One thing to note is that while clients can see the screenname of the writers they work with, the writers only see clients as an anonymous number. Textbroker really doesn’t like clients and writers communicating and will actively censor direct messages or assignment/revision requests to remove any information that could be used to communicate with one another outside of the site. This is because if Textbroker clients hired writers directly, the site would lose its income and collapse.
Writers live or die by their star rating, which is a horrible situation because their star rating is only calculated based on their five most recent posts. Textbroker’s editors also only go over assignments in large batches every few months, so a writer might be stuck in one situation despite writing hundreds of posts. Worse, if a writer writes 100 posts at 4-star level but 3 of their 5 most recent are rated 3, they become a 3-star writer.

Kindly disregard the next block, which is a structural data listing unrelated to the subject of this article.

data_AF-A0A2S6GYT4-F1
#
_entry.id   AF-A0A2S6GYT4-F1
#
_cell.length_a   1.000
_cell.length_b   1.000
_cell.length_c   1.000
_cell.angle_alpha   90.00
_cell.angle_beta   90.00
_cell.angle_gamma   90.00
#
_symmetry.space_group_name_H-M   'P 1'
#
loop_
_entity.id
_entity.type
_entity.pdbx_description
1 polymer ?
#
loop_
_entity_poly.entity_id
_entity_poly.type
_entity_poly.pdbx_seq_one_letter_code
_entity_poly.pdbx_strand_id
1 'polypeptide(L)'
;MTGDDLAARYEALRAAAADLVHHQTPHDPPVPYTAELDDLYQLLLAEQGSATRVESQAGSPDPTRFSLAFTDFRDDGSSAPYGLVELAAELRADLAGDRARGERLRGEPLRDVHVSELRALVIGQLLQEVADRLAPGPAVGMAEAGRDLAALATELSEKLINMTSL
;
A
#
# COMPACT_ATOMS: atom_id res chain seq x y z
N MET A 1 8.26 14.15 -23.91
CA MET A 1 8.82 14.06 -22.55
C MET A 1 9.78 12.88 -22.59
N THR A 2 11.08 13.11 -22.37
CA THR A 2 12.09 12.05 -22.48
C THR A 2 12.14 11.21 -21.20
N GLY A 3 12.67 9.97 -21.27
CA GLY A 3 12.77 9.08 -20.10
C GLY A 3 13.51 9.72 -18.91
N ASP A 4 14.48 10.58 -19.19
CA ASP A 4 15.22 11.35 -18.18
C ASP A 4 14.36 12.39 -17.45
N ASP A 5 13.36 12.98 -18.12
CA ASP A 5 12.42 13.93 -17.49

There are a lot of issues with Textbroker. A lot.
So, at the end of the day, it looks like this. For writers, Textbroker has a few nice protections to ensure you get paid, but the pay itself is minimal and the framework of the site is very punishing. It’s an oppressive atmosphere of fear rather than support and quality. It encourages minimal-thought fast-produced low-quality content, and that’s exactly what is delivered. It can be a good starting place for a novice writer to pick up some web writing skills, but if you’re working at it for longer than a few months, you’re wasting time and energy.
From the client perspective, it’s pretty much never worth the time or money for blog posts. If you have product descriptions or basic technical writing that doesn’t need to be complex, it’s a cheap way to fill out a site. It’s also decent enough to fill out PBN blogs or spam sites, but it’s not something I would want on my main site. You’re very likely to end up suffering a Panda penalty sooner or later.